Both procedures are used to treat heavy menstrual bleeding and other uterine conditions. Endometrial ablation is a less invasive form of surgery that destroys the lining of the uterus, while a hysterectomy involves removing the entire uterus.

More invasive surgeries like hysterectomies often come with longer recovery periods and more risk of complications.

However, studies have found that further treatment is sometimes necessary with endometrial ablation.

In other words, a hysterectomy may be more likely to completely resolve symptoms, while an endometrial ablation may only reduce symptoms like bleeding.

Both treat heavy or abnormal menstrual bleeding or conditions associated with this, like anemia. But they are slightly different.

Endometrial ablation reduces how much you bleed during periods and may stop all bleeding, whereas a hysterectomy will stop periods completely.

A hysterectomy may also be performed for people with fibroids, reproductive-related cancers, or chronic pelvic pain.

There are several types of hysterectomy, which can range from just the uterus being removed to other reproductive organs like the cervix and ovaries being removed.

There are also several forms of hysterectomy surgery. For example, a surgeon may remove the uterus through an incision in the vagina or stomach. Some may use keyhole surgery and robotic assistance to reduce scarring and blood loss.

Vaginal hysterectomies are the least invasive type, taking about an hour to perform. A general anesthetic may not be required.

Endometrial ablation is less invasive than a vaginal hysterectomy and usually lasts half an hour.

A wand-type device that transmits heat, cold, or energy to destroy the lining tissue is inserted into the vagina to reach the uterus.

An anesthetic is given, but you may be awake or asleep during the procedure.

As a hysterectomy is more invasive, its recovery time is significantly longer.

You’ll often need to remain in hospital for a couple of days after surgery or overnight at the very least. Full recovery can take between 3 and 6 weeks, depending on how the hysterectomy was performed.

During recovery, you’ll likely need to avoid things like heavy lifting and vaginal penetration. You may also experience the likes of bloating, cramps, and brown discharge.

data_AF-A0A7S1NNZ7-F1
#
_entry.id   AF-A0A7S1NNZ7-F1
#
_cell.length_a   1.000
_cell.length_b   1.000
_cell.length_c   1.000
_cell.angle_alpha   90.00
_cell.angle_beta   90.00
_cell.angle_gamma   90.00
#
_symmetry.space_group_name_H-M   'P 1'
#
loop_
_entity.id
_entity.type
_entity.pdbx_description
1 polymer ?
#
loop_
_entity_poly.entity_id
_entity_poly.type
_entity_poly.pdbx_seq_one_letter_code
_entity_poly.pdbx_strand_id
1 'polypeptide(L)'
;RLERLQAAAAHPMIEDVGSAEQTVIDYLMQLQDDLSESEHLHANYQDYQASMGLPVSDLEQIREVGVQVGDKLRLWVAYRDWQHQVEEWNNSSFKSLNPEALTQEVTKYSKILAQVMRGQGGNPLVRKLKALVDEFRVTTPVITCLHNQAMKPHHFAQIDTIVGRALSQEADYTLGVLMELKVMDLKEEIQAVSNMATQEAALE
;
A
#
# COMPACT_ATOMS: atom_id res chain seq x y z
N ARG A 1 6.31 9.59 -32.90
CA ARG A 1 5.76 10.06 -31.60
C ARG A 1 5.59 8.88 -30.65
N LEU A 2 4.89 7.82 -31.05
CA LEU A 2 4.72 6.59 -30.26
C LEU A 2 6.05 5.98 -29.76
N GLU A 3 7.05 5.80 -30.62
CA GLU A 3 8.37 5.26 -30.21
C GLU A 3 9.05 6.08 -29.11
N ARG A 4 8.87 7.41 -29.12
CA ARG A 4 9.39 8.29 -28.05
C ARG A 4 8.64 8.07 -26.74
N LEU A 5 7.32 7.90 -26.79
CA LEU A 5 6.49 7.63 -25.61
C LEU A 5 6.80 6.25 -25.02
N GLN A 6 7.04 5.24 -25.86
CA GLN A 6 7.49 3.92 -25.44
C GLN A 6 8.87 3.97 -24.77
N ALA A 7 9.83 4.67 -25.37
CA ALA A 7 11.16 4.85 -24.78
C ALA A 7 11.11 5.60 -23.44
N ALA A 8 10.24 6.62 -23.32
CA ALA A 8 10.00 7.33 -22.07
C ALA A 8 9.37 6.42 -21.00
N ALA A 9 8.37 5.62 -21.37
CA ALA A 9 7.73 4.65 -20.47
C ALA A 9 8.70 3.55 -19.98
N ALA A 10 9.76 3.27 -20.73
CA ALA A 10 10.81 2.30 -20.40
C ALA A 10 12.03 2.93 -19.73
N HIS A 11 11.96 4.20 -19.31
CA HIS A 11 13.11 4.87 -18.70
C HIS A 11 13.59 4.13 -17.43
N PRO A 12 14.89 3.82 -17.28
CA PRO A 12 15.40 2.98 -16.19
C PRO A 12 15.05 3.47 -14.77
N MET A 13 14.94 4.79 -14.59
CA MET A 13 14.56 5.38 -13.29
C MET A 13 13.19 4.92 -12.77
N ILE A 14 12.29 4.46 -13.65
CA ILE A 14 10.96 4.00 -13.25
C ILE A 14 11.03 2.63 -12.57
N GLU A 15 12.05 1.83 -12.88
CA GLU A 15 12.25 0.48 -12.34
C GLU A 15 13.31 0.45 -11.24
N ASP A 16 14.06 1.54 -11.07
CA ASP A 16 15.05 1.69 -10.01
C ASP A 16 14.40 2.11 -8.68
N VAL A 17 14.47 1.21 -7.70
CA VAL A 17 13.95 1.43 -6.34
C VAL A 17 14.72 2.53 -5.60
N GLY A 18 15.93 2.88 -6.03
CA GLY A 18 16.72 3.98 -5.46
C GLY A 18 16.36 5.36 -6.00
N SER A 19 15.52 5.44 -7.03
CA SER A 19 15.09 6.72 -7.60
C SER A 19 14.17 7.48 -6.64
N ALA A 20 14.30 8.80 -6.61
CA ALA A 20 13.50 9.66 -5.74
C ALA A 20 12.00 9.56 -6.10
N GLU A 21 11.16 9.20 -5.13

With endometrial ablation, you won’t need to stay in hospital overnight. And you should recover within a few days of the procedure.

Like a hysterectomy, you can experience some effects after an endometrial ablation. For example, it’s typical to feel nauseous and need to urinate more. Cramps and light bleeding can also occur.

Both procedures have their ups and downs.

Older research, published in 2008, found that endometrial ablation and hysterectomy can resolve unwanted vaginal bleeding for at least 48 months.

However, a hysterectomy was more effective in resolving heavy or unusual bleeding, with some needing further surgery after endometrial ablation.

In another study, people were more satisfied and had a better quality of life after a hysterectomy.

Endometrial ablation may still be opted for as it’s a less invasive procedure with a shorter recovery period.

According to that same older research, adverse effects are more common after a hysterectomy because it’s more invasive. These can range from infections and bleeding to genital pain and incontinence.

But at a 6-month follow-up appointment, people who’d had an endometrial ablation were more likely to report pain and fatigue. Other complications include vaginal discharge and increased period pain.

More rarely, injuries to pelvic organs and the uterus itself can occur. There can also be a higher risk of an ectopic pregnancy or premature birth after an endometrial ablation.

Another risk of endometrial ablation is that further operations may be needed to resolve the condition fully. This may take the form of another endometrial ablation or a hysterectomy.

According to a study published in 2011, almost 20% of people will have a hysterectomy within 5 years of undergoing endometrial ablation.

Endometrial ablation and hysterectomy can be effective options for uterine conditions like heavy bleeding.

Both differ in invasiveness, with a hysterectomy being a more complicated procedure with a longer hospital stay and recovery time.

However, endometrial ablation may not be a permanent solution, with some people needing further surgery at a later date.

Your medical professional will discuss each procedure’s pros and cons and help you determine your best route.

Lauren Sharkey is a U.K.-based journalist and author specializing in women’s issues. When she isn’t trying to discover a way to banish migraine, she can be found uncovering the answers to your lurking health questions. She has also written a book profiling young female activists across the globe and is currently building a community of such resisters. Catch her on Twitter.